[erlang-questions] Infix function and user-defined operators

Richard O'Keefe <>
Wed Jan 16 15:15:52 CET 2019

For what it's worth, Fortran also has user-defined operators, of
the form /[.][[:alpha:]]+[.]/.  I fear that back in 2004 too many
people confused *user-defined* *alphabetic* operators with
*overloaded* or *symbolic* operators, or even user-defined operators
with user-selected precedence.  (And some forgot that '#!$@' is
already a perfectly good function name...)

I recall Bill Clocksin (of "Clocksin & Mellish" Prolog textbook fame)
saying that if he ever had a chance to redesign Prolog the one thing
he would improve would be to delete user-defined operators...

In a functional language I expect there to be fewer opportunities to
use prefix or infix operators than in Fortran, because you tend to
need more arguments.

Speaking of Fortran, that may be why I dislike /foo/ (looks like a
COMMON block name), and of course in most languages 1/foo/2 would be
an arithmetic expression with two divisions, which would confuse me.

On Fri, 11 Jan 2019 at 21:18, Dmitry Kolesnikov <>

> Hello Richard,
> Thank you for valuable feedback.
> Indeed `name` is the best option. However, it requires changes to the
> compiler. Unfortunately, it do not have any visibility why this feature has
> been rejected 14 years ago. I found that /name/ is the closed approximation
> of Haskell’s `name` achievable with core Erlang syntax thus implementable
> via parse transforms.
> Current proposal of user defined operator is left associative with same
> precedence as multiplication.
> I also thought about /f> and <f/ similarly to MLton but have not build a
> final conclusion yet. The “single” character operators can be achieved via
> /$_/ with some limitation. One of the problem here is name of module to
> conduct its implementation.
> Best Regards,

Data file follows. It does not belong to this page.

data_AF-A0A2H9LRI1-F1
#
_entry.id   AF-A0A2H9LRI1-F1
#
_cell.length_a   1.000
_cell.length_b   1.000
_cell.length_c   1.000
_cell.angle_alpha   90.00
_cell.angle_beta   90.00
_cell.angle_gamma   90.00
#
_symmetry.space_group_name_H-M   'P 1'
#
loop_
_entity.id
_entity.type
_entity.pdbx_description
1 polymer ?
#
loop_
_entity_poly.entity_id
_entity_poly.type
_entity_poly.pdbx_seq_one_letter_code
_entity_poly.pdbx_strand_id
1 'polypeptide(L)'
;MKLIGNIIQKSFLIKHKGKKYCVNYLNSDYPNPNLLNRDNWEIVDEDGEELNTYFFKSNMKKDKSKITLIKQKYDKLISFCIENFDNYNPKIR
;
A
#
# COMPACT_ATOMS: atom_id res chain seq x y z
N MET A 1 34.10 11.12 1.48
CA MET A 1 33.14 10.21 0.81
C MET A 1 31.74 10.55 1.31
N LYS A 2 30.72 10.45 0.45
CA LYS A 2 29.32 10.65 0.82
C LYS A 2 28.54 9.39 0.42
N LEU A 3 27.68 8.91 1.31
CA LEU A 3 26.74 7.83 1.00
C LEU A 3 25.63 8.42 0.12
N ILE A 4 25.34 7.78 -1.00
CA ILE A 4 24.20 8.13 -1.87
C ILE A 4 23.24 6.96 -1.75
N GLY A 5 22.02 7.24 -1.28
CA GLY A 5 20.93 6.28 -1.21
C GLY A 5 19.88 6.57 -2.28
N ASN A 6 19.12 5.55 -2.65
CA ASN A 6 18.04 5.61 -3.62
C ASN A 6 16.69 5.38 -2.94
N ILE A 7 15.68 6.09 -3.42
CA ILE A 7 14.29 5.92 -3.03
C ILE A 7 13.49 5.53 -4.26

> Dmitry
> On 8 Jan 2019, at 15.53, Richard O'Keefe <> wrote:
> The Haskell convention for user-defined operators is `name`  .
> I don't see any point in inventing a new one.
> I note that
> (a) http://mlton.org/InfixingOperators shows a relatively simple
> scheme for ML that would fit Erlang without too much strain.  It
> starts with a warning that operator properties are not part of
> module interfaces.  This was a problem in Prolog too, and I
> surmise that it may have been the reason for not having user-
> declared operators in Erlang.
> (b) In F#, the type and precedence of a user-defined operator
> are determined by its first character.  See
> https://docs.microsoft.com/en-us/dotnet/fsharp/language-reference/symbol-and-operator-reference/index
> (c) ECMA Eiffel 8.28.5 puts all unary user-defined operators at the
> same precedence level and all binary user-defined operators at another
> precedence level.  Some other Eiffel dialects followed the same rule as
> F#.  The (b) and (c) rules appear to also be related to not having
> operator properties in signatures/classes/modules/whatever.
> More years ago than I care to admit, I wrote an extended
> Prolog parser that allowed user-defined "operators" like
> "N of L are V" or "at least N of L are V".  It was based
> on Vaughan Pratt's CGOL; see
> https://en.wikipedia.org/wiki/CGOL
> On Tue, 8 Jan 2019 at 04:56, Dmitry Kolesnikov <>
> wrote:
>> Hello Community,
>> Now and then, I am missing an infix notation in Erlang. There was a great
>> discussion about this subject decade and half ago but I do not think
>> anything is changed [1].
>> I am testing and stretching limits of functional abstracts in Erlang as
>> part of my pure functional and generic programming exercises [2]. I’ve
>> decided to experiment with Infix function via parse-transform.
>> The parse_transform feature implements a syntax sugar for infix, which is
>> compiled into valid Erlang code using corresponding function at
>> compile-time. To apply a function using infix notation, we enclose its name
>> in slash characters (/). This allows us to use any arity 2 functions as
>> infix operators.
>> ```
>> -compile({parse_transform, infix}).
>> 1 /plus/ 1.
>> F /lists:map/ [1, 2, 3].
>> ```
>> Right now, I am working on this feature here
>> https://github.com/fogfish/datum/pull/64, you can find more detailed
>> description there, code, etc.
>> I would appreciate for any feedback, suggestion from the community.
>> Does it sounds any usable, still desired or total braindead?
>> What other use-case/applications you might imagine for infix notation?
>> Best Regards,
>> Dmitry
>> References
>> 1. http://erlang.org/pipermail/erlang-questions/2004-March/011929.html
>> 2. https://github.com/fogfish/datum
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